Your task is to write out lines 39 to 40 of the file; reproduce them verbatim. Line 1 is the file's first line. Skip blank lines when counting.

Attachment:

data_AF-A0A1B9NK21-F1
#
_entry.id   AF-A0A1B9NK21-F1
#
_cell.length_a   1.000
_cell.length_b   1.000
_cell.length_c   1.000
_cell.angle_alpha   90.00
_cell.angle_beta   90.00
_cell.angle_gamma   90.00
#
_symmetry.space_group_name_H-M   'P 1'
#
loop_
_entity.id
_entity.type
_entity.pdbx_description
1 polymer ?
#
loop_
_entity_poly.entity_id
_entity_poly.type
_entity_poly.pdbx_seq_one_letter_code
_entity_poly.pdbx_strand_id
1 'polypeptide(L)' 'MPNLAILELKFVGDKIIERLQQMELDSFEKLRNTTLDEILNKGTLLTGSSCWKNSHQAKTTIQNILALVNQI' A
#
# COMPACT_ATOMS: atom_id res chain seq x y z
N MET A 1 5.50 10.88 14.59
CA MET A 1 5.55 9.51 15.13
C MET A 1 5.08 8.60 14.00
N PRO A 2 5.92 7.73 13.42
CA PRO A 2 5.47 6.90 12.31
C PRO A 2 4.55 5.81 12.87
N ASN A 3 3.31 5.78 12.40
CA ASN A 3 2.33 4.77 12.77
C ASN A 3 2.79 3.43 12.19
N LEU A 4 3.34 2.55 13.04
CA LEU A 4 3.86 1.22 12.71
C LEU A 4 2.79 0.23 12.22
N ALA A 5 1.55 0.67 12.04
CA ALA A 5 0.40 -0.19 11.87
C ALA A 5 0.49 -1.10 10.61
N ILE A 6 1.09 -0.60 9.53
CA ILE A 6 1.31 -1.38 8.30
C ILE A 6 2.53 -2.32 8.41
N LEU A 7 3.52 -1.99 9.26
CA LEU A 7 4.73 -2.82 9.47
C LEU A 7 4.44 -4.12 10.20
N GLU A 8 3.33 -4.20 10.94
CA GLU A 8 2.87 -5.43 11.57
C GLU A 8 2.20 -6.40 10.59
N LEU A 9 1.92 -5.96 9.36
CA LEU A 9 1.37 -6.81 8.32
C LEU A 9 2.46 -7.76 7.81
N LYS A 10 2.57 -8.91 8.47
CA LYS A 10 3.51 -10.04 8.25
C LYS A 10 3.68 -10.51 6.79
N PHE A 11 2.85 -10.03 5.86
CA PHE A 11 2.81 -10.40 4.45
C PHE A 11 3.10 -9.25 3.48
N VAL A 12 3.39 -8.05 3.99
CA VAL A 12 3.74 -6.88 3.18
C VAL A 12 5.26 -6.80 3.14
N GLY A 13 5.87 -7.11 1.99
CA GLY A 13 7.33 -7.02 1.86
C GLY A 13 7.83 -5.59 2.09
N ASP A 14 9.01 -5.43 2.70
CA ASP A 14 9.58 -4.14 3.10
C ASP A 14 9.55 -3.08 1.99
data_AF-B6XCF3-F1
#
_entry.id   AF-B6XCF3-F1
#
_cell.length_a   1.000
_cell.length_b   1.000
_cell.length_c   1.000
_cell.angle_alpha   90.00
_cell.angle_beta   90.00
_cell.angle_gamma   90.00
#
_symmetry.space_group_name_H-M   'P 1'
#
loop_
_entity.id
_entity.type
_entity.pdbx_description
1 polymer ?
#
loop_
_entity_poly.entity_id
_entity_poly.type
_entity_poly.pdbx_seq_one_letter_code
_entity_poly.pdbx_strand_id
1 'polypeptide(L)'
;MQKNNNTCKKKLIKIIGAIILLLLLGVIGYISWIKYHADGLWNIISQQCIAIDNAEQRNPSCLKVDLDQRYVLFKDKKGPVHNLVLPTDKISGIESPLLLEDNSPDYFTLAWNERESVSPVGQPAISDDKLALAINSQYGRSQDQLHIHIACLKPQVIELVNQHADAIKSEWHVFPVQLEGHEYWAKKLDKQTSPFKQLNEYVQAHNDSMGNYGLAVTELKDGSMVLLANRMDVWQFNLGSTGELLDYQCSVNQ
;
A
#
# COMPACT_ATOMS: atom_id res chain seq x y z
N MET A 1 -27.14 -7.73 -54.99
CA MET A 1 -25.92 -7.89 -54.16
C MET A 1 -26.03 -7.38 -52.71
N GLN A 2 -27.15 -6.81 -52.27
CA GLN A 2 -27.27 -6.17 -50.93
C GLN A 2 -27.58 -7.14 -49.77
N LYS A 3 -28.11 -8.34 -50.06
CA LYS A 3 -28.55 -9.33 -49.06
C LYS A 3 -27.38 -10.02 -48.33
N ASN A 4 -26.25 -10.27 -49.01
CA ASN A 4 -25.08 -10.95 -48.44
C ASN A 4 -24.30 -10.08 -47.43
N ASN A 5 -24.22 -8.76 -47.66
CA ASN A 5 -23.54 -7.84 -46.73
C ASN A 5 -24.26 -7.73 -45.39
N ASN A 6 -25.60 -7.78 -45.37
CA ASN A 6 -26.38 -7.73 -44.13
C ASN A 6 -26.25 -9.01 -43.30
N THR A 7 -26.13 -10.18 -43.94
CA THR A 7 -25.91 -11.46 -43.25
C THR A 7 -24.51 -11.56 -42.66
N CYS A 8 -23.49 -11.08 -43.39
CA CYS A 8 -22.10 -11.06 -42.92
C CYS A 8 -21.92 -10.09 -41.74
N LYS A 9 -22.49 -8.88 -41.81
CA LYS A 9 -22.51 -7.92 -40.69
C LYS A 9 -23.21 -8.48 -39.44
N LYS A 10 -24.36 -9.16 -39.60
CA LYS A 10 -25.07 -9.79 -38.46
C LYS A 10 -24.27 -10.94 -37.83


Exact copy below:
C LEU A 4 2.79 0.23 12.22
N ALA A 5 1.55 0.67 12.04